Egypt: Arsenal of repressive laws ensure continuation of permanent state of emergency

In Egypt /Road Map Program, Statements and Position Papers by CIHRS

In the wake of President Abdel Fattah al-Sisi’s announcement on 25 October lifting the emergency law across the country, the undersigned rights organizations assert that this has negligible impact in practice, as the rule of law has been inoperative in Egypt since the July 2013 military coup.  In effect, the country has been straining under a permanent state of emergency even before the formal declaration of emergency law.  In recent years, there has been an onslaught of repressive laws enacted that have codified the exceptional state of emergency into ordinary law.

The undersigned consider the state of exception to be intrinsic to the Egyptian government’s ongoing circumvention of the law and constitution, and the commission of unprecedented rights crimes. As such, truly ending this state of exception requires the political leadership to stop suppressing all forms of peaceful expression guaranteed in Egypt’s  constitution, which is trampled upon daily by the government through an array of means, first and foremost through the enactment of laws and constitutional amendments inimical to it.

Egypt’s governing authorities must also end their repression of all forms of peaceful political and rights opposition. Although the formal lifting of the state of emergency means that cases will no longer be referred to the Emergency State Security Court, the court continues to hear cases brought before it prior to the president’s announcement, including recently referred cases. Moreover, other trials in that court, some lasting years, have ended in  heavy prison sentences that are still not subject to appeal.

Multiple laws have been issued that have entrenched a permanent state of emergency in practice, regardless of whether a formal emergency is declared or not. Most significantly, the Counterterrorism Law (Law 94/2015) gives legal cover for the security apparatus to forcibly disappear, torture, and extra-judicially kill civilians in the context of combating terrorism.  In addition, both military and civilian courts give sanction to a policy of impunity for killing civilians in Sinai. Law 8/2015 regulating the lists of designated terrorists and terrorist entities has facilitated the inclusion of activists and independent entities on designated terrorist lists based solely on unconfirmed police investigations. President Sisi also issued Law 136/2014 on the security of public and vital facilities, which legalizes the prosecution of civilians in military tribunals. Law 13/2017 gives the president the power to select and appoint the heads of judicial authorities, including the Cassation Court and State Council, which constitutes an assault on the justice system and a violation of the constitution. The constitutional amendments of 2019 further gave the president the authority to appoint the head of the Supreme Judicial Council.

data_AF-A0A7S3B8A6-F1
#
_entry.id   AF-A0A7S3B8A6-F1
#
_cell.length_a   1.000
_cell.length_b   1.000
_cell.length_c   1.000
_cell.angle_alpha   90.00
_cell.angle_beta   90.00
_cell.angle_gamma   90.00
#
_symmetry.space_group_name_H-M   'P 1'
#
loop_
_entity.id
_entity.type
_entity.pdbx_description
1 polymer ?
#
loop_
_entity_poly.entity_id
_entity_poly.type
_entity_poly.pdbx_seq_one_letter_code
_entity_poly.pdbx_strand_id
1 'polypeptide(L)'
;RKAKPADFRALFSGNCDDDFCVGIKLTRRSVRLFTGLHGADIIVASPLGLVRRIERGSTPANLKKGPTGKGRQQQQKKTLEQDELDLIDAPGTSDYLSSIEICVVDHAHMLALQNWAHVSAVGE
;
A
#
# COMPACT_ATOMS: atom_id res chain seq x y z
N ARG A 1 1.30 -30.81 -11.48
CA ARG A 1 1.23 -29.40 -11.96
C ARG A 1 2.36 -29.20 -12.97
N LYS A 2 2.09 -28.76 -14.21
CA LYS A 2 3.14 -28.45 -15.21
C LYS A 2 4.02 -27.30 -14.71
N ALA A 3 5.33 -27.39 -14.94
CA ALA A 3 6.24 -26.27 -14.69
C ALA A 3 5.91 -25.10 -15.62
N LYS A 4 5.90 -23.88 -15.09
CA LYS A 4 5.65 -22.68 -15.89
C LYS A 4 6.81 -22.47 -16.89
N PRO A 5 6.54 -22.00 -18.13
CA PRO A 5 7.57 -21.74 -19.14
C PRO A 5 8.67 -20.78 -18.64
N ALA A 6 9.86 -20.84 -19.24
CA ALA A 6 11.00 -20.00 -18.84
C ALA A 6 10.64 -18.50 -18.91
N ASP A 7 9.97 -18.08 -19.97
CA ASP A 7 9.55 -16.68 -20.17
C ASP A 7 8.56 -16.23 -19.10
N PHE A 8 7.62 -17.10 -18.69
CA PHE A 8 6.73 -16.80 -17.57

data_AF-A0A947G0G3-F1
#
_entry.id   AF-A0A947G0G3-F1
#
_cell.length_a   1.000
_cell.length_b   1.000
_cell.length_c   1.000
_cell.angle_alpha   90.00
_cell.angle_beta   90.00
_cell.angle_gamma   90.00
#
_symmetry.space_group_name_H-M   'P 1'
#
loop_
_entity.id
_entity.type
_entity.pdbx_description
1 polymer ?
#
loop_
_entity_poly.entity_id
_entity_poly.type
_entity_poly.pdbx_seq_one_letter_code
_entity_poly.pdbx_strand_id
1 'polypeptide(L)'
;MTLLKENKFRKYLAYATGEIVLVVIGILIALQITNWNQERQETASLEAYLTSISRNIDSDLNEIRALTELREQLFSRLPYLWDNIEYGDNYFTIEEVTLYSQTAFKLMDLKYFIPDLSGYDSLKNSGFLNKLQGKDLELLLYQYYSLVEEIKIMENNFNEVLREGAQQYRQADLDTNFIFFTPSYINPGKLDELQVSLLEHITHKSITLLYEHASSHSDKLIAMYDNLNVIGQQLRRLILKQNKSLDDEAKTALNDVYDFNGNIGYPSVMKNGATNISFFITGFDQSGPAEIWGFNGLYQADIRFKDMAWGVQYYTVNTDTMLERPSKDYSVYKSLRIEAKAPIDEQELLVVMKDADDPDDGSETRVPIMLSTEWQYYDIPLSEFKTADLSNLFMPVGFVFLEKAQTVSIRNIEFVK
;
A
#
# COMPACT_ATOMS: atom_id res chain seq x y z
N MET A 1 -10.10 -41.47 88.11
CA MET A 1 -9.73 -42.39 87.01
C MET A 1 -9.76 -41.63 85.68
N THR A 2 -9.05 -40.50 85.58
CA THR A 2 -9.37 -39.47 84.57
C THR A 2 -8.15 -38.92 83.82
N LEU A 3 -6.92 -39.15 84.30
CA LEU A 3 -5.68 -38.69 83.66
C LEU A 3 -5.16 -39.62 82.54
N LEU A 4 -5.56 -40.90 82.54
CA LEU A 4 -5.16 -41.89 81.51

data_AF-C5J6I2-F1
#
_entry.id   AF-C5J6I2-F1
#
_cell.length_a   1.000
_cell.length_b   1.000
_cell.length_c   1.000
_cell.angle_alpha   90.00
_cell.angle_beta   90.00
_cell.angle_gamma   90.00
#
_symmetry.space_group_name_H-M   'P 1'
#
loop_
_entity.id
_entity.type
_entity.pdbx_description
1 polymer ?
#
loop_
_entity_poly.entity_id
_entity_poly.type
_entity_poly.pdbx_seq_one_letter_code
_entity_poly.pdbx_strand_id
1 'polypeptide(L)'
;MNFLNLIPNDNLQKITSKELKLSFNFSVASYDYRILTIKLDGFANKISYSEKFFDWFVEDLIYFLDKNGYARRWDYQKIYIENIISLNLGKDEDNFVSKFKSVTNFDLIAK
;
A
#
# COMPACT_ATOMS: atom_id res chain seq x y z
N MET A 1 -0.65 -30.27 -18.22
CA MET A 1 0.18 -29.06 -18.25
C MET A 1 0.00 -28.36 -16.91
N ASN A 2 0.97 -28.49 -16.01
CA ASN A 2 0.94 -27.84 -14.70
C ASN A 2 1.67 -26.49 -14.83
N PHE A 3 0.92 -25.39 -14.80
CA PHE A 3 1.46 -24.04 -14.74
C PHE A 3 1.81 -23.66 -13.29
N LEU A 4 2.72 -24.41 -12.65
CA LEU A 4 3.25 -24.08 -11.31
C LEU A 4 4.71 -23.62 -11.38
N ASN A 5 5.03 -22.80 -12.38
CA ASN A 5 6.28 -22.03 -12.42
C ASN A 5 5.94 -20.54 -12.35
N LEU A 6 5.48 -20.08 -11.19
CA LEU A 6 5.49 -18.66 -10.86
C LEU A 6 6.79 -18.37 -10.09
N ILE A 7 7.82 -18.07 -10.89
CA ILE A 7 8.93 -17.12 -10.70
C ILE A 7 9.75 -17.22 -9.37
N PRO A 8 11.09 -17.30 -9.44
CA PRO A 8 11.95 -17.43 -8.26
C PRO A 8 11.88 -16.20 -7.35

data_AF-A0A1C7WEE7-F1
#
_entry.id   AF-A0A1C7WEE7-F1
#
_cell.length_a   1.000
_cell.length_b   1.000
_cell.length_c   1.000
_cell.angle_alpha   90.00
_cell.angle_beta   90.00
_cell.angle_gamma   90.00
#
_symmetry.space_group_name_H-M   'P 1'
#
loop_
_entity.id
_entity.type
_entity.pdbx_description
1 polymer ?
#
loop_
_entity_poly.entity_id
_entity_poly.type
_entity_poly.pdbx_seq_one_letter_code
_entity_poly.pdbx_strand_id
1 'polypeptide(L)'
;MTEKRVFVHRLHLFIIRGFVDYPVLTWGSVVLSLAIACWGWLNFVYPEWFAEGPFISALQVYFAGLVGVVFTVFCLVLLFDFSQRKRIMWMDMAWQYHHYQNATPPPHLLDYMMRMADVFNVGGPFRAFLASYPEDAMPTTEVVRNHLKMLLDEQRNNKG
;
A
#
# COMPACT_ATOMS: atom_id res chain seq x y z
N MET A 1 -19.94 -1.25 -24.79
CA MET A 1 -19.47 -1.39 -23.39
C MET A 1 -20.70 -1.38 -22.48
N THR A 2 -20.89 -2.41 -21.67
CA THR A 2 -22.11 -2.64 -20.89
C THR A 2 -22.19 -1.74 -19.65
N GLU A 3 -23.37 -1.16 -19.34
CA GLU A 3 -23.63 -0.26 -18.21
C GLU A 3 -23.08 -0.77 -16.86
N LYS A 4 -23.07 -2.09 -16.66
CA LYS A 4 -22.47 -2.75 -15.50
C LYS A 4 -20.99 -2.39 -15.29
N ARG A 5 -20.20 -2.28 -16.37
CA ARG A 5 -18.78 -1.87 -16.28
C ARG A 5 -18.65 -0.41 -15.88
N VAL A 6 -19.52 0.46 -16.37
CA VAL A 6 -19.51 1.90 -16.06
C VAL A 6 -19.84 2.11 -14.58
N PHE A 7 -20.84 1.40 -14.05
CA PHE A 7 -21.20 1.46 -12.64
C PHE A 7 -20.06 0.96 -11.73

These repressive laws will continue to be enforced even after the state of emergency has formally ended, entrenching an undeclared state of emergency and flouting all rights guarantees set forth in the Egyptian constitution. Trials in the terrorism circuits and military courts, and even in the ordinary criminal courts, continue to disregard all due process rights and guarantees for a fair trial, the same as state security emergency courts. Indeed, these courts have handed down an unprecedented number of mass death sentences—far more than state security courts have issued throughout their entire existence—most of which are upheld by the Court of Cassation. The same courts have sentenced defendants en masse to life imprisonment and prolonged prison terms, and have refused to open inquiries when detainees have been tortured and forcibly disappeared before appearing in court. They have similarly denied defense motions to have defendants examined by a forensic doctor to document evidence of torture and ill treatment.

The deplorable human rights situation in Egypt requires more than simply a formal end to the state of emergency, which has been rendered obsolete to Sisi’s authoritarian governance by the arsenal of exceptional and repressive laws and the collusion of all state institutions in furthering a policy of impunity and lack of oversight.

Signatory organizations

  1. Cairo Institute for Human Rights Studies
  2. Arabic Network for Human Rights Information
  3. Association for Freedom of Thought and Expression
  4. Committee for Justice
  5.  Egyptian Front for Human Rights
  6.  Egyptian Commission for Rights and Freedoms
  7. Freedom Initiative
  8. Nadeem Center

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